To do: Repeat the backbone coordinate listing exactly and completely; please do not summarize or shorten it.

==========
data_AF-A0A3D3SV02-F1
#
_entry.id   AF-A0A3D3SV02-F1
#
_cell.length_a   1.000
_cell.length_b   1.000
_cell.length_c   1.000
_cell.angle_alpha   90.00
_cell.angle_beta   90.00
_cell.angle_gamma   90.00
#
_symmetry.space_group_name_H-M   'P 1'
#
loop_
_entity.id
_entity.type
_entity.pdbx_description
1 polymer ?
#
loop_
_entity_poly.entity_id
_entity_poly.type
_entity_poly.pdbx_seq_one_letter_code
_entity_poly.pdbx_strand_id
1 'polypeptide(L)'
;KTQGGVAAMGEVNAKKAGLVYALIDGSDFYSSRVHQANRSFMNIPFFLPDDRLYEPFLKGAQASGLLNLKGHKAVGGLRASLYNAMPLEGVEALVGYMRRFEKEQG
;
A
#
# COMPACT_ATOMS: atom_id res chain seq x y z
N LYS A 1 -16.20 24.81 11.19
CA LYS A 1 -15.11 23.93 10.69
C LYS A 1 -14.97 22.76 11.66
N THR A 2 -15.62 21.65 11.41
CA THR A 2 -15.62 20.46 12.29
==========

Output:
data_AF-A0A3D3SV02-F1
#
_entry.id   AF-A0A3D3SV02-F1
#
_cell.length_a   1.000
_cell.length_b   1.000
_cell.length_c   1.000
_cell.angle_alpha   90.00
_cell.angle_beta   90.00
_cell.angle_gamma   90.00
#
_symmetry.space_group_name_H-M   'P 1'
#
loop_
_entity.id
_entity.type
_entity.pdbx_description
1 polymer ?
#
loop_
_entity_poly.entity_id
_entity_poly.type
_entity_poly.pdbx_seq_one_letter_code
_entity_poly.pdbx_strand_id
1 'polypeptide(L)'
;KTQGGVAAMGEVNAKKAGLVYALIDGSDFYSSRVHQANRSFMNIPFFLPDDRLYEPFLKGAQASGLLNLKGHKAVGGLRASLYNAMPLEGVEALVGYMRRFEKEQG
;
A
#
# COMPACT_ATOMS: atom_id res chain seq x y z
N LYS A 1 -16.20 24.81 11.19
CA LYS A 1 -15.11 23.93 10.69
C LYS A 1 -14.97 22.76 11.66
N THR A 2 -15.62 21.65 11.41
CA THR A 2 -15.62 20.46 12.29